Raleigh planning board at odds with City Council over ‘granny flats’

Some members of the city’s planning board say the Raleigh City Council is ramming through rules for backyard cottages and granny flats that are so “overly complex” few people will ever build them.

Several Planning Commission members feel their hands were tied after the council instructed them not to consider alternatives to proposed rules for accessory dwelling units, also known as backyard cottages and granny flats.

The advisory commission debated the proposed rules last week before deciding to send them to a committee for more discussion.

“My personal philosophy is when we review these things we should give our honest assessment about whether we think what’s in front of us is workable, good and addresses the issues at hand,” Commissioner Eric Braun said. “Not because it’s been around a long time and not because that’s all we think council will adopt, because that is not our role.”

Backyard cottages are normally small, standalone rooms in a person’s backyard for guests or family to stay or rented out for extra income. They can also be rooms built over a garage or in basements. They are currently illegal to build though several can be found within Raleigh.

Supporters see them as an easy way to add affording housing in established neighborhoods.

Overlay onerous?

Raleigh leaders have debated rules for backyard cottages for more than five years. This summer, the council’s Growth and Natural Resources Committee settled on rules that would require getting the surrounding neighbors’ blessing through a special district of at least 10 acres.

The Growth and Natural Resources Committee sent a memo to city staff and the Planning Commission listing what should be included in the rules. It included an overlay district and size, lighting, parking and use criteria.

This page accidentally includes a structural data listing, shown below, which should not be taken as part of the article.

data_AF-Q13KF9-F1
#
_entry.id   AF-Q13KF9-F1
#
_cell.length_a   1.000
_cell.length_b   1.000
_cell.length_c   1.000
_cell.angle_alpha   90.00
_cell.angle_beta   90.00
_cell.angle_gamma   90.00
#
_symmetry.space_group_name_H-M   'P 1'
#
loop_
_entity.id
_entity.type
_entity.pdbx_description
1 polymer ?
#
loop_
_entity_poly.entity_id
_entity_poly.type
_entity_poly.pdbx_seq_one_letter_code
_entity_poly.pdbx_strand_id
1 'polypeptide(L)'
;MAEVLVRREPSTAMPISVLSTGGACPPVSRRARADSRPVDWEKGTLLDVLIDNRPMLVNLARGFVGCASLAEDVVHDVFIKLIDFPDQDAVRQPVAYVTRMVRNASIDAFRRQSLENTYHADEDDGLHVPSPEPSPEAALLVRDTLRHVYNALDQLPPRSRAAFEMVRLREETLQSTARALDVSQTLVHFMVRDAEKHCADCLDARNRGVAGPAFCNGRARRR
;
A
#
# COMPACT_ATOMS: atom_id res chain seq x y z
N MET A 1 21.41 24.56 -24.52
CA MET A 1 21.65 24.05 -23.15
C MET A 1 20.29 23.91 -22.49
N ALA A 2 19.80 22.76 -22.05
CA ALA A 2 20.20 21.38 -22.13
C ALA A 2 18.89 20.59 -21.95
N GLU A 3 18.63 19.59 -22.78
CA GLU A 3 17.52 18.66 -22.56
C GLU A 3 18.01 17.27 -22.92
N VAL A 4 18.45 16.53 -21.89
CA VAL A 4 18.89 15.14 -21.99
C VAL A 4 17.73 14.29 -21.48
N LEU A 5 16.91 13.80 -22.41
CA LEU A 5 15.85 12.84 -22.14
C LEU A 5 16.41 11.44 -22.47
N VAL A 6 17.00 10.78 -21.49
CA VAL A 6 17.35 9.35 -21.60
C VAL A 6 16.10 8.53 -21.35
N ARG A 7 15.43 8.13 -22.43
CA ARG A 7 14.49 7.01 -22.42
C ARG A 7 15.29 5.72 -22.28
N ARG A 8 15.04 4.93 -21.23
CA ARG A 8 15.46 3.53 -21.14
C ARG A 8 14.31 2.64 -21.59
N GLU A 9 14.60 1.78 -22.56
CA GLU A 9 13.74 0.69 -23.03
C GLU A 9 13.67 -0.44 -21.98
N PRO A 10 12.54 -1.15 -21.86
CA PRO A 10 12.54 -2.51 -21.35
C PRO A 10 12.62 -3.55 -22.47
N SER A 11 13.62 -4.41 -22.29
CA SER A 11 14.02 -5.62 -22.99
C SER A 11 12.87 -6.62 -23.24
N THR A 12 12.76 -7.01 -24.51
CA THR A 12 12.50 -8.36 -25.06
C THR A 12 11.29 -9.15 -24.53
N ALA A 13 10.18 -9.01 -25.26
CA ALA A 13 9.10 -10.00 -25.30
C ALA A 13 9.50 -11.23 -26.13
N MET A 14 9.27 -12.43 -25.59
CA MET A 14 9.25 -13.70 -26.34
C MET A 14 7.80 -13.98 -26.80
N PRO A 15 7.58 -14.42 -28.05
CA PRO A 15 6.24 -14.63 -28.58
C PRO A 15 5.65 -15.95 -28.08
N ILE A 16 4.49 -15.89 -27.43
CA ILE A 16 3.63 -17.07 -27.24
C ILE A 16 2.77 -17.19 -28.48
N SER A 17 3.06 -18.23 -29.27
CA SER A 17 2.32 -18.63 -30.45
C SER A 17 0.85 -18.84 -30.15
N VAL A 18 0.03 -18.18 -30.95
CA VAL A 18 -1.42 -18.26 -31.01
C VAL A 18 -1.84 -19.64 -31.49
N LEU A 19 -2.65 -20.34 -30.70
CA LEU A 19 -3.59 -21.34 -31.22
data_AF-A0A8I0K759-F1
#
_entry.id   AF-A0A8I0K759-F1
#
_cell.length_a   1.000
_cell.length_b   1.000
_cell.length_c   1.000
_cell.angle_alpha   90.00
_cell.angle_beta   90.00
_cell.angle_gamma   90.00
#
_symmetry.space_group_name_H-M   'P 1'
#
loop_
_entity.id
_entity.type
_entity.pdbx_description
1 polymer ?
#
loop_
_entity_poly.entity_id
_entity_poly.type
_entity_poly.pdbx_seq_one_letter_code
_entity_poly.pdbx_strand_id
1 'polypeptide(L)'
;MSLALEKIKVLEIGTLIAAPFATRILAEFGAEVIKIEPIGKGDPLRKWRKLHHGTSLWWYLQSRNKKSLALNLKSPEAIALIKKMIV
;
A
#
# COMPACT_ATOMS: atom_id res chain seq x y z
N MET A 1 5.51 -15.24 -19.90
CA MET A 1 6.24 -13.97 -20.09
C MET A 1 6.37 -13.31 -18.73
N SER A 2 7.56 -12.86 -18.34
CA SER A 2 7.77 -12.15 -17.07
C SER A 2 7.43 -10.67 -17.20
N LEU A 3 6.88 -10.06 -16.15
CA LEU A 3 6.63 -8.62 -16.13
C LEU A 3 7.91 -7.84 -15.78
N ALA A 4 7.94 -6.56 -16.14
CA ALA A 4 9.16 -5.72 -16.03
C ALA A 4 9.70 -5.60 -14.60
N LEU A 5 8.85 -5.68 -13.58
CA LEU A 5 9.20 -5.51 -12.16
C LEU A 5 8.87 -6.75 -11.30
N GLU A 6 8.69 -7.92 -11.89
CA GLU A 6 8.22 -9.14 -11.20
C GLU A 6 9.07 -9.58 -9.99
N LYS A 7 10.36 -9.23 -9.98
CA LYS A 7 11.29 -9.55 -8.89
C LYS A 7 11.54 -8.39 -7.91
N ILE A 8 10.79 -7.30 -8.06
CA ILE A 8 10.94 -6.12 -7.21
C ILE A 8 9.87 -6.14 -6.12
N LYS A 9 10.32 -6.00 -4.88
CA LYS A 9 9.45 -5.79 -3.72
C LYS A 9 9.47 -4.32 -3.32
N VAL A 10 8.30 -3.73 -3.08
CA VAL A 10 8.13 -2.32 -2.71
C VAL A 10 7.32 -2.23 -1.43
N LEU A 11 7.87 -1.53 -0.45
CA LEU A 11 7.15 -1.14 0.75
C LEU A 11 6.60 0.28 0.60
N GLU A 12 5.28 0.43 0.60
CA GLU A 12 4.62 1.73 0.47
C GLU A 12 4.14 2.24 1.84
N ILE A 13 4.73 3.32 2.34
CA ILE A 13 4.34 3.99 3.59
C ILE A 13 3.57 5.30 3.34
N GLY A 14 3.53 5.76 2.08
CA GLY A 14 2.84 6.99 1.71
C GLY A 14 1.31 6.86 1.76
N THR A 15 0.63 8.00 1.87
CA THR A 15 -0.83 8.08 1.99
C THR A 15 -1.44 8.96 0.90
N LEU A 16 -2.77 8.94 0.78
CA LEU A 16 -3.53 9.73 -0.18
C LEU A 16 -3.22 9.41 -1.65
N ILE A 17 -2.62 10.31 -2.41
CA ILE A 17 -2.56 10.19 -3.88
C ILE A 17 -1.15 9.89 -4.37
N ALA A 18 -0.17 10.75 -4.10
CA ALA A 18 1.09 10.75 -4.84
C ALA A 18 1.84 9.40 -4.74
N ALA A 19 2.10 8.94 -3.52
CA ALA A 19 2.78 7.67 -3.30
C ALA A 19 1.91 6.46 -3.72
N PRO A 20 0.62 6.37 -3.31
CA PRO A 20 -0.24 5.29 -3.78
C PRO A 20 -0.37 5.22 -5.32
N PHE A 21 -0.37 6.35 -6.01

It’s that memo, along with other information from staff, that left commission members feeling like they couldn’t suggest alternatives. The Growth and Natural Resources committee has five council members, which makes up a majority of the eight-person Raleigh City Council.

Planning staff couldn’t advise the planning commission about alternatives because of the memo, Planning Commissioner Edie Jeffreys said. Having gone through an overlay process herself, she said she knew how difficult it could be to get neighbors all “on the same page.” Instead of an overlay district, she wanted to allow backyard cottages on a case-by-case basis.

At least one planning commissioner was prepared to vote for the recommendations though he acknowledged he might be the only one.

“I think a site-specific rezoning would be preferable, but we’re not at the beginning [of the discussion],” Planning Commissioner Bob Geary said, noting the more than five years the city has already spent on the issue. “We are well along, and the proposal sent to us by City Council is the one they intend to adopt. I think.”

Raleigh could amend the rules in the future, he said.

Supporters of backyard cottages but not the proposed overlay districts worry the rules will be too cumbersome, while supporters of the districts say they will give neighbors a say.

During a Growth and Natural Resources Committee meeting last summer, several people gave their opinions about the proposed regulations.

Tom Anhut, a long-time supporter of backyard cottages, said the fears people have about them haven’t come true in other cities.

“Why do we think we are special and different and will have these problems when they don’t,” he asked.

Backyard cottages that could be used for short-term rentals like AirBNB and for student housing were some of the problems Debbie Moose said she was worried about. The proposed rules would prevent the cottages from being used for short-term rentals, which are also technically illegal within the city.

“One size fits all does not fit every neighborhood,” she said.

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